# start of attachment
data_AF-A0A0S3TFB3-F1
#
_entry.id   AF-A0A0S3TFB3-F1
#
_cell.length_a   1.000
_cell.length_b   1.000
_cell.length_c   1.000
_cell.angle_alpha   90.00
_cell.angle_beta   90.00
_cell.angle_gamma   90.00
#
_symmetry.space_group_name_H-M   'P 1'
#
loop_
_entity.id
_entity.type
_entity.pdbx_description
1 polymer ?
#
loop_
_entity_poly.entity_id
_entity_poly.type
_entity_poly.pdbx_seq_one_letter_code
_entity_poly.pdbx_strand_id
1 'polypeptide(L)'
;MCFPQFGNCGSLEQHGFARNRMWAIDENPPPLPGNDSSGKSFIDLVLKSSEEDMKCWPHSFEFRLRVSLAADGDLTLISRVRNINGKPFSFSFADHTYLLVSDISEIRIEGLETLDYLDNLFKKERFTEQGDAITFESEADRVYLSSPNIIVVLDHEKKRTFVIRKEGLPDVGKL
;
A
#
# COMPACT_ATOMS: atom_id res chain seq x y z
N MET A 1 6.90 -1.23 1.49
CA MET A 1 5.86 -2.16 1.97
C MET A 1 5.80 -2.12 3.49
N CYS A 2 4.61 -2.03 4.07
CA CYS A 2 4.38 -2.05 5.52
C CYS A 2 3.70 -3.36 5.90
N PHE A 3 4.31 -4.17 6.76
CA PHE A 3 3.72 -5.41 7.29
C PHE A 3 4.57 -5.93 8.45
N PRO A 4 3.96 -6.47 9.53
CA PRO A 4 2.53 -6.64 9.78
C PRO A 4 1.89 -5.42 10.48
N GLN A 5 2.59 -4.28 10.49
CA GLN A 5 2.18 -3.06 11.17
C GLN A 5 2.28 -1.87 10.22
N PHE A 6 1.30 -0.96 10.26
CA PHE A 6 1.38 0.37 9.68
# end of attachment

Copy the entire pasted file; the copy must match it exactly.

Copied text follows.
data_AF-A0A0S3TFB3-F1
#
_entry.id   AF-A0A0S3TFB3-F1
#
_cell.length_a   1.000
_cell.length_b   1.000
_cell.length_c   1.000
_cell.angle_alpha   90.00
_cell.angle_beta   90.00
_cell.angle_gamma   90.00
#
_symmetry.space_group_name_H-M   'P 1'
#
loop_
_entity.id
_entity.type
_entity.pdbx_description
1 polymer ?
#
loop_
_entity_poly.entity_id
_entity_poly.type
_entity_poly.pdbx_seq_one_letter_code
_entity_poly.pdbx_strand_id
1 'polypeptide(L)'
;MCFPQFGNCGSLEQHGFARNRMWAIDENPPPLPGNDSSGKSFIDLVLKSSEEDMKCWPHSFEFRLRVSLAADGDLTLISRVRNINGKPFSFSFADHTYLLVSDISEIRIEGLETLDYLDNLFKKERFTEQGDAITFESEADRVYLSSPNIIVVLDHEKKRTFVIRKEGLPDVGKL
;
A
#
# COMPACT_ATOMS: atom_id res chain seq x y z
N MET A 1 6.90 -1.23 1.49
CA MET A 1 5.86 -2.16 1.97
C MET A 1 5.80 -2.12 3.49
N CYS A 2 4.61 -2.03 4.07
CA CYS A 2 4.38 -2.05 5.52
C CYS A 2 3.70 -3.36 5.90
N PHE A 3 4.31 -4.17 6.76
CA PHE A 3 3.72 -5.41 7.29
C PHE A 3 4.57 -5.93 8.45
N PRO A 4 3.96 -6.47 9.53
CA PRO A 4 2.53 -6.64 9.78
C PRO A 4 1.89 -5.42 10.48
N GLN A 5 2.59 -4.28 10.49
CA GLN A 5 2.18 -3.06 11.17
C GLN A 5 2.28 -1.87 10.22
N PHE A 6 1.30 -0.96 10.26
CA PHE A 6 1.38 0.37 9.68